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Cancer Websites You Can Use:People Living With Cancer

Cancer Websites You Can Use:People Living With Cancer

People Living With Cancer (www.plwc.org, Figure 1), the patient-oriented website posted by the American Society for Clinical Oncology (ASCO), has emerged as one of the preeminent cancer patient education sites, and for good reason: It offers excellent site organization, easy navigability, and useful information. According to a note in the About Us section of the site, ASCO experts review all content, although who reviewed each page is not specified; individual pages are not dated to allow the user to check for currency. Another note points out that the site subscribes to the HONcode principles of the Health on the Net (HON) Foundation, an international group that has promulgated medical information site quality standards. Pharmaceutical sponsorship is tastefully displayed on the initial pages, with no evident impact on content and no pop-ups or overt advertising. Simple Organization
The site offers the option of general cancer information or search by diagnosis, leading to well-organized pages with a simple overriding organizational structure. Searching by tumor type produces an appealing, easily read menu including the basics (eg, an introduction, risk factors and prevention, symptoms, diagnosis, staging, research on the horizon, treatment) These basic informational sections are just that-rather basic and limited to fairly generic descriptions, especially of treatments such as surgery, radiation, or chemotherapy. Some cancer types have patient guides on specific topics (for example, Tumor Markers for Breast Cancer). The website consists almost entirely of text, with scarce graphics. Useful Integration
Other PLWC and ASCO site features are notably integrated, including a News Center that links to recent Reuter's health articles, ASCO resources, and other relevant organizations. Many physician resources are placed at the patient's disposal, including recent ASCO lectures, physician- directed treatment guidelines, and searchable ASCO abstracts. A section of the Knowledge Center called "Cancer Advances: News for Patients from the ASCO Annual Meeting" provides patient information material written about some of the more high-profile presentations (Figure 2). A "live chat"-each month on a different cancer topic-is prominently featured on the home page, and previous chats are archived and available. One of the best site features, in the Understanding Cancer section, is the discussion of clinical trials from a patient perspective. Other Features
Recently revised message boards conveniently allow for multiple threaded discussions within topics (mostly organized by cancer types, but also more general cancer topics such as "coping with feelings" and "family and friends"). Other site features include a medical dictionary link, a drug database (which is long on side effects and with which I had some navigation problems), and an outstanding compilation of cancer-related support organizations grouped by diagnosis. Many relatively uncommon tumors are covered, including such rarities as Ewing's sarcoma and carcinoid tumors. Indeed, this site does contain extensive information, some of which may be hard to sift through to find relevance to a particular disease. For example, the News Center contains all cancer-related Reuter's news. The user's best bet is to go with the diagnosis- related pages, where there has already been some sorting. In summary, PLWC is a good source of patient education, especially for those who are already knowledgeable about their disease and want to use a website to keep up on the latest advances. If you recommend this site, however, be prepared to answer questions, as it will put your patients in contact with a large volume of physician-oriented information. In the News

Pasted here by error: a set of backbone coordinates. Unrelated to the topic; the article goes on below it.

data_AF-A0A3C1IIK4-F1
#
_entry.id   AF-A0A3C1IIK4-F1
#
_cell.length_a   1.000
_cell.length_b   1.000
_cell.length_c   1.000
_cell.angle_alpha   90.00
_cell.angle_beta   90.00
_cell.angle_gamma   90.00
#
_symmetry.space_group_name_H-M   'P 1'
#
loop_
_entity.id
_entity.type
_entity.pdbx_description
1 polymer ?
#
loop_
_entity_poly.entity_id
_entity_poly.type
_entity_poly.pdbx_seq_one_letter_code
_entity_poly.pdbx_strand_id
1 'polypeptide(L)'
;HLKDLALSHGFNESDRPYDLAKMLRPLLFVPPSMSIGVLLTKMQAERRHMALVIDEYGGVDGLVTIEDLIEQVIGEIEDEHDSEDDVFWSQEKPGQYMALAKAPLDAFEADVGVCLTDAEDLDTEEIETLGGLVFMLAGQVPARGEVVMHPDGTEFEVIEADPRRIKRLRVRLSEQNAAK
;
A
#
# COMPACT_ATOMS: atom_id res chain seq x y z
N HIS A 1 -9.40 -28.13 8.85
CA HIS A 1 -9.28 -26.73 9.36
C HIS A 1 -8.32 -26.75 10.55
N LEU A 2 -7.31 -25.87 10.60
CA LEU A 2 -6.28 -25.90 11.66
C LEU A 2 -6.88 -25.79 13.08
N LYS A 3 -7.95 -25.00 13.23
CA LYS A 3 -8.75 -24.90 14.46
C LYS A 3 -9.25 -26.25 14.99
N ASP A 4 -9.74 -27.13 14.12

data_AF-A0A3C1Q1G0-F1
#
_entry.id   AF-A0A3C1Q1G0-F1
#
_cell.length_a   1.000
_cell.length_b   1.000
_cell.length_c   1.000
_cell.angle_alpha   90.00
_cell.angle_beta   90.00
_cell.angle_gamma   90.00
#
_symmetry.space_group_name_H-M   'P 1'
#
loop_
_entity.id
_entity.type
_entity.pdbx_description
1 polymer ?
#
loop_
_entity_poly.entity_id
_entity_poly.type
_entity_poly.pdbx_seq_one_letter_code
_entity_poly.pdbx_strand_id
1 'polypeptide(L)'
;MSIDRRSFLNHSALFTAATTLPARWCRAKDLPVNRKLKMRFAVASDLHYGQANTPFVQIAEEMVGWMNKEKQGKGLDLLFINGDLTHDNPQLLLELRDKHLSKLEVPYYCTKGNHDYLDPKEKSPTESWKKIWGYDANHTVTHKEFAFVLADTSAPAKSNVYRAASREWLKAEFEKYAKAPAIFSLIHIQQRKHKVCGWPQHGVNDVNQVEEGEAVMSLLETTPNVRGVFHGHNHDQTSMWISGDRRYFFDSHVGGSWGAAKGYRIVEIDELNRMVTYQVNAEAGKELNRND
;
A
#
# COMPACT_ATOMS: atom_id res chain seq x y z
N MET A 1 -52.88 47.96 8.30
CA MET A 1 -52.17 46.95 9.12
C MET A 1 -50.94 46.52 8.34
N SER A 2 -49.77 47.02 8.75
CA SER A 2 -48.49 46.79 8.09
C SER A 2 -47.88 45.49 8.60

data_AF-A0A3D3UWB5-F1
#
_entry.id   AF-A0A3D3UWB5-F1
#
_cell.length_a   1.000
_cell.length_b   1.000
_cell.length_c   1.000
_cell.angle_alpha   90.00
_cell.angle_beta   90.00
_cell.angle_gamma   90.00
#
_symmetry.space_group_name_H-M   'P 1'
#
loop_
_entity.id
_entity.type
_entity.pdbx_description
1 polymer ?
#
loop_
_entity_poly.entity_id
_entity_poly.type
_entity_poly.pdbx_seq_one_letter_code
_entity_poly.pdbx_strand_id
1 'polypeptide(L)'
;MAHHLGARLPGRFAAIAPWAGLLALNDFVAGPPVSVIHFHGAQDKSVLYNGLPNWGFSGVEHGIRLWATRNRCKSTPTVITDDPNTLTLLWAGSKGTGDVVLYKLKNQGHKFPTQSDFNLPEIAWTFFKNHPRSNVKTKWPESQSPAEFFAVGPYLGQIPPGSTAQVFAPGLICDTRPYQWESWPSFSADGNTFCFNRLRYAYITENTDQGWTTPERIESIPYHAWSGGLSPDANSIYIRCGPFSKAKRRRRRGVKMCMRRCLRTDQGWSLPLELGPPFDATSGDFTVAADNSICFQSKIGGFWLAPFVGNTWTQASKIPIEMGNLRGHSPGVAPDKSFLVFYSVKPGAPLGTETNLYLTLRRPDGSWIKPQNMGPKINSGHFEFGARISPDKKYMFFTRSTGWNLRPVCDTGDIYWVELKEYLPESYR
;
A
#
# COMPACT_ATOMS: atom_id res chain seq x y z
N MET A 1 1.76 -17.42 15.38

The number of "cyberchondriacs" (those who go online to search for health-care information) appears to be plateauing.[1] After documenting in- creases in the utilization of the Internet for health-care information year after year since the inception of the poll in 1998, the 2003 Harris Poll numbers appear to have stabilized at 52% of all US adults (and 80% of regular online users). The poll was conducted by telephone among a nationwide cross-section of over 1,000 adults. The highest percentages of cyberchondriacs are found among college graduates (76%) and those with household incomes above $75,000 (79%).


1. Available at www.harrisinteractive.com/ news/newsletters_healthcare.asp. Accessed August 5, 2003.
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